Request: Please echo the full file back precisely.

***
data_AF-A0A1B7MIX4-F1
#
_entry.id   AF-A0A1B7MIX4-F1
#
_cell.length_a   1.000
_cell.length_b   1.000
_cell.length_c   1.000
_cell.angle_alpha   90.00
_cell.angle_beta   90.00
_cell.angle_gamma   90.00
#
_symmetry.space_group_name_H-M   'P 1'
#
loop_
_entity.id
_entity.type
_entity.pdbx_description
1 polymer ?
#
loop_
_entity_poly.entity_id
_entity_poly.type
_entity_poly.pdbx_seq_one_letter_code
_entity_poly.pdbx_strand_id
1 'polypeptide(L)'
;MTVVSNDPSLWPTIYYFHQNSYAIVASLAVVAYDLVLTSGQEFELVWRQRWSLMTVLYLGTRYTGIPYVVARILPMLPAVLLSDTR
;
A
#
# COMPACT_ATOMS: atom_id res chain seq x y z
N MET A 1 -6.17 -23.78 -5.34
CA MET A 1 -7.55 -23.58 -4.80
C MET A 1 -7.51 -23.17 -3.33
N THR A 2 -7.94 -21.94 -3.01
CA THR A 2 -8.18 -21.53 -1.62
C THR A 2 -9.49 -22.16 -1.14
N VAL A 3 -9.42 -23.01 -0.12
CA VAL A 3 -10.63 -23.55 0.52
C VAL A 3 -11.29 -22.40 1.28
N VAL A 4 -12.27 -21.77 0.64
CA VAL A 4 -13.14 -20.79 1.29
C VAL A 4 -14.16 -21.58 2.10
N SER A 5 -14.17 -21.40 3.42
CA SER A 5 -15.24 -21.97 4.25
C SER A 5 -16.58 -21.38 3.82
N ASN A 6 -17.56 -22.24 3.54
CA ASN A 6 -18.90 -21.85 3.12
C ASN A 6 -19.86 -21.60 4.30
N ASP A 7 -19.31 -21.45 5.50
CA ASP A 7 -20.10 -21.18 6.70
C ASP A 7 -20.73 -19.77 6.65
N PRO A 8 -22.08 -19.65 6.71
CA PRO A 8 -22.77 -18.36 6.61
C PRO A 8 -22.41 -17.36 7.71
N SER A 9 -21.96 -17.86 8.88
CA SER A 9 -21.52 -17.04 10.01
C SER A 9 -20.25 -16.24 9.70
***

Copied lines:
data_AF-A0A1B7MIX4-F1
#
_entry.id   AF-A0A1B7MIX4-F1
#
_cell.length_a   1.000
_cell.length_b   1.000
_cell.length_c   1.000
_cell.angle_alpha   90.00
_cell.angle_beta   90.00
_cell.angle_gamma   90.00
#
_symmetry.space_group_name_H-M   'P 1'
#
loop_
_entity.id
_entity.type
_entity.pdbx_description
1 polymer ?
#
loop_
_entity_poly.entity_id
_entity_poly.type
_entity_poly.pdbx_seq_one_letter_code
_entity_poly.pdbx_strand_id
1 'polypeptide(L)'
;MTVVSNDPSLWPTIYYFHQNSYAIVASLAVVAYDLVLTSGQEFELVWRQRWSLMTVLYLGTRYTGIPYVVARILPMLPAVLLSDTR
;
A
#
# COMPACT_ATOMS: atom_id res chain seq x y z
N MET A 1 -6.17 -23.78 -5.34
CA MET A 1 -7.55 -23.58 -4.80
C MET A 1 -7.51 -23.17 -3.33
N THR A 2 -7.94 -21.94 -3.01
CA THR A 2 -8.18 -21.53 -1.62
C THR A 2 -9.49 -22.16 -1.14
N VAL A 3 -9.42 -23.01 -0.12
CA VAL A 3 -10.63 -23.55 0.52
C VAL A 3 -11.29 -22.40 1.28
N VAL A 4 -12.27 -21.77 0.64
CA VAL A 4 -13.14 -20.79 1.29
C VAL A 4 -14.16 -21.58 2.10
N SER A 5 -14.17 -21.40 3.42
CA SER A 5 -15.24 -21.97 4.25
C SER A 5 -16.58 -21.38 3.82
N ASN A 6 -17.56 -22.24 3.54
CA ASN A 6 -18.90 -21.85 3.12
C ASN A 6 -19.86 -21.60 4.30
N ASP A 7 -19.31 -21.45 5.50
CA ASP A 7 -20.10 -21.18 6.70
C ASP A 7 -20.73 -19.77 6.65
N PRO A 8 -22.08 -19.65 6.71
CA PRO A 8 -22.77 -18.36 6.61
C PRO A 8 -22.41 -17.36 7.71
N SER A 9 -21.96 -17.86 8.88
CA SER A 9 -21.52 -17.04 10.01
C SER A 9 -20.25 -16.24 9.70